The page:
I invite you to comment on this column on my blog, On the Ground. Please also join me on Facebook, watch my YouTube videos and follow me on Twitter.

  2. #2
    Atypical is offline

    Remember - The Super Rich Are Your Friends. We Luv Dem.

    Tax System Favors Wealth Over Work
    Sunday 07 November 2010

    by: Gerald E. Scorse, t r u t h o u t

    Tea Partiers rage against taxes and say they’re too high. Wrong, says billionaire Warren Buffett: on the rich, they’re too low.

    The tax code holds the answer to this standoff, and the code backs Buffett. Taxes may be the bane of the Tea Party, but they’re a relative boon for the wealthy. Let’s look at some of the ways America’s tax system keeps Warren Buffett’s fortune in Warren Buffet’s hands.

    The major vehicle is George W. Bush’s 15 percent levy on long-term capital gains - the lowest since FDR’s first term - and on corporate dividends. The top 1 percent of US households owns nearly 40 percent of all privately held stock, from which the dividends flow. Similarly, the super-rich get more than half their income from capital gains, as documented by tax expert David Cay Johnston in his book “Perfectly Legal.” In the meantime, for the working middle-class, the tax rate on wages is 25 percent.

    Taxing income from wealth at little more than half the rate of income from work: it’s the perfect recipe to make sure that Warren Buffett (and all the Buffett wannabes) pay effective tax rates far below what their incomes suggest.

    How far below? In 2006, Buffett told an interviewer that his tax bill was “far, far less as a fraction of his income than the secretaries or the clerks or anyone else in his office” (and he repeated the statement only recently). His shame in 2006 hits home still: “How can this be fair? How can this be right?”

    The tax code sets marginal rates too, and these were gutted by President Reagan in 1981 and again in 1986. He slashed the top rate from 70 to 28 percent, and made the code even less progressive by cutting the number of brackets from 15 to four. The yearning for tax simplification (fewer brackets) trumped the case for progressivity (more brackets).

    There are six today, with the top four taxed at 25, 28, 33 and 35 percent - a narrow spread, easily offset by provisions like the capital gains rate. The top rate kicks in at about $400,000 of taxable income, a practice Johnston told Truthout he finds “bizarre.” It’s a long way, he argued in a recent email, from $400,000 to $1 million, $5 million, $100 million and hedge-fund billions: “Why don’t we have higher rates for those incomes?” he asked.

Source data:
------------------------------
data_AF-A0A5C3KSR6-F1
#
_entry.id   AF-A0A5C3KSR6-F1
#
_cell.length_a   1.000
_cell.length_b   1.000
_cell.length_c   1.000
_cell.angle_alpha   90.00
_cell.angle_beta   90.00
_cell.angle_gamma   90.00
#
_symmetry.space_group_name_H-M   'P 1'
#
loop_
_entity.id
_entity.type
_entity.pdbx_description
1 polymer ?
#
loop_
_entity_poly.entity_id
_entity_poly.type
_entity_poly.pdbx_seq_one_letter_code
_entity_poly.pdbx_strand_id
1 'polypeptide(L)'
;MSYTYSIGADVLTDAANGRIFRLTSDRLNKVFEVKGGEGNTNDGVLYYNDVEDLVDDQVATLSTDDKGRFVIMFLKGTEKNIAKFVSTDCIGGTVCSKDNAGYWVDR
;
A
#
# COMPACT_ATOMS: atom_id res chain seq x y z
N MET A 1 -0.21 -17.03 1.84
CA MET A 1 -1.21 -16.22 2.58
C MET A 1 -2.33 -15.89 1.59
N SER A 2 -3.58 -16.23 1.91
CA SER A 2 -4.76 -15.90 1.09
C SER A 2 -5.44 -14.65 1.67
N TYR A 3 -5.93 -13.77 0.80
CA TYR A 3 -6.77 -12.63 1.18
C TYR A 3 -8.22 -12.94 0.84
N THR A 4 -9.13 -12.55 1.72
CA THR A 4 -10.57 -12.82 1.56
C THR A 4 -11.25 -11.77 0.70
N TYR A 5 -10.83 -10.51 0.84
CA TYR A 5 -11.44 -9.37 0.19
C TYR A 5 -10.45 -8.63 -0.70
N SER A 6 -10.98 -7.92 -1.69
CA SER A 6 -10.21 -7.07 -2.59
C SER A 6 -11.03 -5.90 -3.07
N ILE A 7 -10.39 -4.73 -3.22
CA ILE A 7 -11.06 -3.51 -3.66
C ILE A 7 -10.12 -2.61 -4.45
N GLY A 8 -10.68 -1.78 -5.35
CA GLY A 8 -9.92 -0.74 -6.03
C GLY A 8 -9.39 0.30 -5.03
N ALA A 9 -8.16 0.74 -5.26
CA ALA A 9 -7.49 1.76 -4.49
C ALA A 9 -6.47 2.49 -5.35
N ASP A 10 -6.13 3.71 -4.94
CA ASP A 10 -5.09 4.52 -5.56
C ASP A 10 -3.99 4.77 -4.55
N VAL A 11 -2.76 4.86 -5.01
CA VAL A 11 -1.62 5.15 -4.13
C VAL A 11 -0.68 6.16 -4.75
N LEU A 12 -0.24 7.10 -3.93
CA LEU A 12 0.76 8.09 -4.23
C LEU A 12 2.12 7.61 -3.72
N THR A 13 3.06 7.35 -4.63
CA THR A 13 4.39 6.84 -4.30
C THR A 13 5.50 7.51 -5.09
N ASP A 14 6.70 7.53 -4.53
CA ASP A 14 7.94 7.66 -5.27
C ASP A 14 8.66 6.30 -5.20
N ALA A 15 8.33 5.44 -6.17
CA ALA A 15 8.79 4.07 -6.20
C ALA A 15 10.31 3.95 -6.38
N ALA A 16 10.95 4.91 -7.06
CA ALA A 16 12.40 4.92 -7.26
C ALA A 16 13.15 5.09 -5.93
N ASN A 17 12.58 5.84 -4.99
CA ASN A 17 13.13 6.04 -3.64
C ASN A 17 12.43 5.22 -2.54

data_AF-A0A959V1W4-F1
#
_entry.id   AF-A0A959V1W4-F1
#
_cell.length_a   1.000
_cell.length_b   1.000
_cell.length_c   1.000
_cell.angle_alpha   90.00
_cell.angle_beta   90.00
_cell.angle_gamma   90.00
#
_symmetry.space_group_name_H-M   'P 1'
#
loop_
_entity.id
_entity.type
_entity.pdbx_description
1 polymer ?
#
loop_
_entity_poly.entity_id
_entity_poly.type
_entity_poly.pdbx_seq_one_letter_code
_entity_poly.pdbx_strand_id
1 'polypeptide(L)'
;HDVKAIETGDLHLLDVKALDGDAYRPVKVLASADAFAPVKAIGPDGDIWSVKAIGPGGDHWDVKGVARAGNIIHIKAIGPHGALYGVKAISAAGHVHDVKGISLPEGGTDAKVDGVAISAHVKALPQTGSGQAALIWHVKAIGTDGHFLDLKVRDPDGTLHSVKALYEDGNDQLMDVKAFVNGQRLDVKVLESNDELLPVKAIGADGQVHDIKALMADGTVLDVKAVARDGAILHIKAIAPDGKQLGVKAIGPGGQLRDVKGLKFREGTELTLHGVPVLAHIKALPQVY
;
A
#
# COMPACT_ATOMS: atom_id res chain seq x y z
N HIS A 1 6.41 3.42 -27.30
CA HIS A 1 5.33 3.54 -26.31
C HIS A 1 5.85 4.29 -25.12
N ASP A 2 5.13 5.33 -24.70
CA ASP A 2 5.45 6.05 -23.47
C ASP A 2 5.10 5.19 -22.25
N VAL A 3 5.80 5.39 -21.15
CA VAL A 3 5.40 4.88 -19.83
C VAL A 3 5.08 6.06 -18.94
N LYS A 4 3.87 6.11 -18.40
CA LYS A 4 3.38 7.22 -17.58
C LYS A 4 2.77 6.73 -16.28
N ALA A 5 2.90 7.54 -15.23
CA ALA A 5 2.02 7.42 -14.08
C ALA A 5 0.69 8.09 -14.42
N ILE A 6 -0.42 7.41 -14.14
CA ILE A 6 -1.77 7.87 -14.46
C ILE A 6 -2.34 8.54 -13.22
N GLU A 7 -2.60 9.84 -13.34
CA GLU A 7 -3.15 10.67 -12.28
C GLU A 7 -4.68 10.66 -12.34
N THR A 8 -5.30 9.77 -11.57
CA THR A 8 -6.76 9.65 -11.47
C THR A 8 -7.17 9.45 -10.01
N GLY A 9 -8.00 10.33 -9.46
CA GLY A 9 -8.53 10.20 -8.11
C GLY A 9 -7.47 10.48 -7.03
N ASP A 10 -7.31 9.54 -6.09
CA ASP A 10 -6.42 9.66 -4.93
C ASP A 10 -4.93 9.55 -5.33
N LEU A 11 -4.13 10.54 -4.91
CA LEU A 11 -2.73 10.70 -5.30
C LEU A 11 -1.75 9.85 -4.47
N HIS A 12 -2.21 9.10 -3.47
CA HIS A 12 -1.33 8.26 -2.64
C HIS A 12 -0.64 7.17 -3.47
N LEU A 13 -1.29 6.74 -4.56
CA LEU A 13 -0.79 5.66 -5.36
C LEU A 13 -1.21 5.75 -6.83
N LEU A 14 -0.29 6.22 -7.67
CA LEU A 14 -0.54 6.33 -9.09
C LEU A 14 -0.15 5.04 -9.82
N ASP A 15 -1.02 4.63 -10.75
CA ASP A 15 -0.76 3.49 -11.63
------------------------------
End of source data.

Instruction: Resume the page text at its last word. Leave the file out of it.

Even the bottom marginal rates help top earners. A millionaire, filing singly, pays the same 10 percent on the first $8,375 of taxable income as the working poor, and so on, up the income scale. As the Center on Budget and
    Policy Priorities notes, the real winners from extending Bush’s middle-class tax cuts wouldn’t be middle class: “In fact, a family making more than $1 million will receive more than five times the tax cut benefit, in dollar terms, as a middle-class family making $50,000 to $75,000 … ”

    The tax code is also loaded with deductions that effectively rain down dollars on the rich. The code doesn’t overtly discriminate, but it’s hardwired to make every tax break worth more at the top. All deductions get written off at 35 percent, starting with personal exemptions and standard deductions. This alone trims $7,315 off the tax bill of a post-65-year-old couple. The serious money goes to itemizers, with Uncle Sam handing out five-figure amounts to help pay mortgages on pricey real estate. (Step limits on personal exemptions and itemized deductions are set to return in 2011. The limits expired in 2010 as the last phase of Bush’s 2001 tax cuts.)

    President Obama once proposed capping the mortgage interest deduction at 25 percent, the middle-class rate. His idea was attacked as class warfare and quickly died. This summer, in a piece titled “The Class War We Need,”
    conservative columnist Ross Douthat was aghast to learn that the owners of McMansions were defaulting at twice the usual rate. “The rich are different from you and me,” he wrote. “They know how to game the system.”


    They also know that Congress always stands ready to tilt the tax laws their way. When the market crashed in 2008, lawmakers rushed to pass a one-year suspension of required distributions from retirement accounts. Only the haves stood to gain. Those who actually needed the distributions had to take them and pay taxes. The haves took a pass and saved thousands. Back to Douthat: “In case after case, Washington’s web of subsidies and tax breaks effectively takes money from the middle class and hands it out to speculators and have-mores.”

    It’s taken a fortune in lobbying and campaign contributions, but America’s tax system is bearing golden fruit. As even a conservative can see, it’s shifting income to the wealthy.